GOT THE WEIGHT OF THE WORLD -- I SUMMON YOU HERE, MY LOVE: Hey, I was just wondering, how exactly does someone nominate a person for an office that requires confirmation? I don't mean how is the candidate vetted -- there's a lot of information about that. I mean, ministerially, how is a person nominated? For a position like Associate Justice of the Supreme Court, does Obama just have a press conference and say, "I nominate Elena Kagan; ball's in your court, Senate"? Or is there some sort of form he has to fill out, like an executive order or a designation of beneficiaries of his life insurance policy? On the one hand, the government loves its paper, and getting a cc of that memo would be a nice framable memento for the nominee (how much would you pay for an original of the Harrold Carswell memo?). On the other hand, it seems like a bit of unnecessary paperwork. And assuming that paperwork is required, how is it transmitted to the Senate? Does it go by messenger to the Sergeant at Arms, by .pdf to HReid@Senate.Gov, or by U.S. Mail to some clerk?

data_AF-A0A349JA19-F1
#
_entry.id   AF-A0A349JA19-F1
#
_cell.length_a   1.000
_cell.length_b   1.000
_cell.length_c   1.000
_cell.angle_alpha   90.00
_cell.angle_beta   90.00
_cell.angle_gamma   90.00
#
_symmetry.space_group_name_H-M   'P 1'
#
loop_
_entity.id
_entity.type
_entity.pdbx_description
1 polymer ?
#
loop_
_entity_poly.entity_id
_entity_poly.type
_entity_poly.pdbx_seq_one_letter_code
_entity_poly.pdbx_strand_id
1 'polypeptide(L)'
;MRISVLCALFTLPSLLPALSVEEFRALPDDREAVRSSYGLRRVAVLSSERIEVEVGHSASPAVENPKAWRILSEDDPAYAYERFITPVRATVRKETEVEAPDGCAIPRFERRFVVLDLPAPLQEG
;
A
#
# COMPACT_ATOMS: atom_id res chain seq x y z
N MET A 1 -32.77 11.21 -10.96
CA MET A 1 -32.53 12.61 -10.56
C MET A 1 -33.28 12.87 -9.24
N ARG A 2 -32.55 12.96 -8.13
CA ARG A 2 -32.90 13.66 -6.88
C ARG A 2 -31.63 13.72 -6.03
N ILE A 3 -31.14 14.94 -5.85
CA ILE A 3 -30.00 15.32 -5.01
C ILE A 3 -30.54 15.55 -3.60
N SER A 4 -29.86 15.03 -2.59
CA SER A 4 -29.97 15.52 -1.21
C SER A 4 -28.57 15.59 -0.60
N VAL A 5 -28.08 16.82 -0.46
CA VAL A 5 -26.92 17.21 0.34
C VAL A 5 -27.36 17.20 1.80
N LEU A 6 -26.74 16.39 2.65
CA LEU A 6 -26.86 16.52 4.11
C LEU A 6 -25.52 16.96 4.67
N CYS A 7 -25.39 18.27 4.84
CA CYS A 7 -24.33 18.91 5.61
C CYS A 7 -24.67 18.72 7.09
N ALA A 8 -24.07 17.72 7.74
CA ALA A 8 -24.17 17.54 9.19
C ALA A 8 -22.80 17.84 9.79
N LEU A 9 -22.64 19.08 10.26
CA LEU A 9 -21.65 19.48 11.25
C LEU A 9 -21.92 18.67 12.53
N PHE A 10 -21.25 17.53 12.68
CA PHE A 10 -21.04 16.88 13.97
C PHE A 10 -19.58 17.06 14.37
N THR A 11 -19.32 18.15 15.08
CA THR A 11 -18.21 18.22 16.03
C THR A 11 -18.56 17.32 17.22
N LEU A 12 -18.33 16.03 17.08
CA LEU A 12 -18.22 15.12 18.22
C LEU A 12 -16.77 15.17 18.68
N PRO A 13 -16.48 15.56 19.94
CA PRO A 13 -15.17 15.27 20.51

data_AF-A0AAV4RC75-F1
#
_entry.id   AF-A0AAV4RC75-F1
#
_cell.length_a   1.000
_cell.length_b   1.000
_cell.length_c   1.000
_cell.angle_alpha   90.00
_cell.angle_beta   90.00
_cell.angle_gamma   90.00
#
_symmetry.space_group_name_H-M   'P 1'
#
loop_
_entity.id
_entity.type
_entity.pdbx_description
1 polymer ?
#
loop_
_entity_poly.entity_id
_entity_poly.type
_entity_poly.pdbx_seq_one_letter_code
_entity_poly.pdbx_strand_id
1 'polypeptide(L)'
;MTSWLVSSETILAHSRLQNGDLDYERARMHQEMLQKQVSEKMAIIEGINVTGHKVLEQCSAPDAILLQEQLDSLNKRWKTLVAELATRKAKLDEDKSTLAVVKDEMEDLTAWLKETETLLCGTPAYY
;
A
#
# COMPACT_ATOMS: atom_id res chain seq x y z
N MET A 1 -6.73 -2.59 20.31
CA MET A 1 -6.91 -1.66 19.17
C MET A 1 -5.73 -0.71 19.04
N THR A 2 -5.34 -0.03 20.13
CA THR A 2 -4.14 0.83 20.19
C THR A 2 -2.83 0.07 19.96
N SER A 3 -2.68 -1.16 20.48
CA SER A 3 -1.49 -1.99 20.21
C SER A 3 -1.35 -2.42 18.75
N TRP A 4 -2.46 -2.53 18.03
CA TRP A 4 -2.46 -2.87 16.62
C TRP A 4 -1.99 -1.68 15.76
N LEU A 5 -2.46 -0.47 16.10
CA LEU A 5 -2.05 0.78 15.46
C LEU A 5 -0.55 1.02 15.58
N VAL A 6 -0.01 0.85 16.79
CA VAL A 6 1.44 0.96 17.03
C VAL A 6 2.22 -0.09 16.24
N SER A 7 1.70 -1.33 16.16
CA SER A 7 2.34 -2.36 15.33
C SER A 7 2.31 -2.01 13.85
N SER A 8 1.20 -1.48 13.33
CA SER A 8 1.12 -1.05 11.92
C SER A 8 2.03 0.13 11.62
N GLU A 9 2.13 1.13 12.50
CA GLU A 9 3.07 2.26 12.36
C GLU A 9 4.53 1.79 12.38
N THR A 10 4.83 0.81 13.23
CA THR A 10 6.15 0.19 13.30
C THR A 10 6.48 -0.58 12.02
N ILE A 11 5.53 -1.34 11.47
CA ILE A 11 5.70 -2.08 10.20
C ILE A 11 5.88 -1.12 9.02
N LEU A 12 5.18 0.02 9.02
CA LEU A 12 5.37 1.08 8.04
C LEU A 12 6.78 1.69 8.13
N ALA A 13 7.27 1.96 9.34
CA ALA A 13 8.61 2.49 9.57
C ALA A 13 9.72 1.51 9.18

Incidentally, in the interest of heading off any discussion whatsoever about today's nominee -- including not just political discussion but also "I knew her when" talk -- commenters are instructed to pretend that today's nominee was Brigadier General Amos T. Halftrack of the long-running syndicated comic strip Beetle Bailey. Commenters who fail to observe this fiction will be met with sternly disapproving facial expressions.